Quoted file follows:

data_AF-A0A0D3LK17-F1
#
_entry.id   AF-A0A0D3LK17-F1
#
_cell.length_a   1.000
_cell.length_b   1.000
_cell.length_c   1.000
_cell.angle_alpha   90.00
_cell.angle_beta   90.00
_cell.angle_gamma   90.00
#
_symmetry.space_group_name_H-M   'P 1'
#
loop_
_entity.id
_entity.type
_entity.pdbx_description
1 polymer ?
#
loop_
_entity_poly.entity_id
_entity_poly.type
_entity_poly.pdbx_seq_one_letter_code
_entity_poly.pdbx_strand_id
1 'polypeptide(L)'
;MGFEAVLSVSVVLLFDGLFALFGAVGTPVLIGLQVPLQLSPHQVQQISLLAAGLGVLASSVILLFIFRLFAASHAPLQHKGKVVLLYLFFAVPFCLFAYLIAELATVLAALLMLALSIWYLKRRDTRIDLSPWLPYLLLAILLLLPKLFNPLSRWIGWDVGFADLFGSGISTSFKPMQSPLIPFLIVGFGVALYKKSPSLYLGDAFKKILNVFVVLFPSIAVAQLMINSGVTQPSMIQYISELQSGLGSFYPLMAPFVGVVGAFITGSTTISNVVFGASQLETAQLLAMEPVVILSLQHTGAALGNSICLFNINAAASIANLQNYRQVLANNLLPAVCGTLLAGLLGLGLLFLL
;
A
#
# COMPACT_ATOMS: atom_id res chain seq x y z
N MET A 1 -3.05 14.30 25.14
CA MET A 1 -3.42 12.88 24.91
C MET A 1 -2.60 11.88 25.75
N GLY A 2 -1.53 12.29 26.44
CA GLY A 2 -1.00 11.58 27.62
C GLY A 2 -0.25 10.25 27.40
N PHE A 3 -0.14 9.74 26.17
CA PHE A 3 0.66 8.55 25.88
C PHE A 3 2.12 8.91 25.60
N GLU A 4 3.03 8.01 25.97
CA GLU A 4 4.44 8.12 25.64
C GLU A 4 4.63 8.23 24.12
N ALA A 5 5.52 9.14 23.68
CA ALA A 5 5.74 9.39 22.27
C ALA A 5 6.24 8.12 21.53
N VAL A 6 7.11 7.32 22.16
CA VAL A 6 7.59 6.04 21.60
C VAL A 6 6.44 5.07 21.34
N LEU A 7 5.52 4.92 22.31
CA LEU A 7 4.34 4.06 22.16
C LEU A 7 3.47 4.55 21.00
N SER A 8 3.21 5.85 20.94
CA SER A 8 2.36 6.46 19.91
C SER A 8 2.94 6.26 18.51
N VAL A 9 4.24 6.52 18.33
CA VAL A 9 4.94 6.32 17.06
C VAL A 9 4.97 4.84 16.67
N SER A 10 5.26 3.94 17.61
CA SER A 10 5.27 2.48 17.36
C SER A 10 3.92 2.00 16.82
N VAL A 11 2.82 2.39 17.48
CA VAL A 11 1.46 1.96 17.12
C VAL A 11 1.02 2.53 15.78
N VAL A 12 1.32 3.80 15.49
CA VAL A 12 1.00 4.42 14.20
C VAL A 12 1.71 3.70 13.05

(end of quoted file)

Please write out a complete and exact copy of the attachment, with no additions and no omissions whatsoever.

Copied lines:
data_AF-A0A0D3LK17-F1
#
_entry.id   AF-A0A0D3LK17-F1
#
_cell.length_a   1.000
_cell.length_b   1.000
_cell.length_c   1.000
_cell.angle_alpha   90.00
_cell.angle_beta   90.00
_cell.angle_gamma   90.00
#
_symmetry.space_group_name_H-M   'P 1'
#
loop_
_entity.id
_entity.type
_entity.pdbx_description
1 polymer ?
#
loop_
_entity_poly.entity_id
_entity_poly.type
_entity_poly.pdbx_seq_one_letter_code
_entity_poly.pdbx_strand_id
1 'polypeptide(L)'
;MGFEAVLSVSVVLLFDGLFALFGAVGTPVLIGLQVPLQLSPHQVQQISLLAAGLGVLASSVILLFIFRLFAASHAPLQHKGKVVLLYLFFAVPFCLFAYLIAELATVLAALLMLALSIWYLKRRDTRIDLSPWLPYLLLAILLLLPKLFNPLSRWIGWDVGFADLFGSGISTSFKPMQSPLIPFLIVGFGVALYKKSPSLYLGDAFKKILNVFVVLFPSIAVAQLMINSGVTQPSMIQYISELQSGLGSFYPLMAPFVGVVGAFITGSTTISNVVFGASQLETAQLLAMEPVVILSLQHTGAALGNSICLFNINAAASIANLQNYRQVLANNLLPAVCGTLLAGLLGLGLLFLL
;
A
#
# COMPACT_ATOMS: atom_id res chain seq x y z
N MET A 1 -3.05 14.30 25.14
CA MET A 1 -3.42 12.88 24.91
C MET A 1 -2.60 11.88 25.75
N GLY A 2 -1.53 12.29 26.44
CA GLY A 2 -1.00 11.58 27.62
C GLY A 2 -0.25 10.25 27.40
N PHE A 3 -0.14 9.74 26.17
CA PHE A 3 0.66 8.55 25.88
C PHE A 3 2.12 8.91 25.60
N GLU A 4 3.03 8.01 25.97
CA GLU A 4 4.44 8.12 25.64
C GLU A 4 4.63 8.23 24.12
N ALA A 5 5.52 9.14 23.68
CA ALA A 5 5.74 9.39 22.27
C ALA A 5 6.24 8.12 21.53
N VAL A 6 7.11 7.32 22.16
CA VAL A 6 7.59 6.04 21.60
C VAL A 6 6.44 5.07 21.34
N LEU A 7 5.52 4.92 22.31
CA LEU A 7 4.34 4.06 22.16
C LEU A 7 3.47 4.55 21.00
N SER A 8 3.21 5.85 20.94
CA SER A 8 2.36 6.46 19.91
C SER A 8 2.94 6.26 18.51
N VAL A 9 4.24 6.52 18.33
CA VAL A 9 4.94 6.32 17.06
C VAL A 9 4.97 4.84 16.67
N SER A 10 5.26 3.94 17.61
CA SER A 10 5.27 2.48 17.36
C SER A 10 3.92 2.00 16.82
N VAL A 11 2.82 2.39 17.48
CA VAL A 11 1.46 1.96 17.12
C VAL A 11 1.02 2.53 15.78
N VAL A 12 1.32 3.80 15.49
CA VAL A 12 1.00 4.42 14.20
C VAL A 12 1.71 3.70 13.05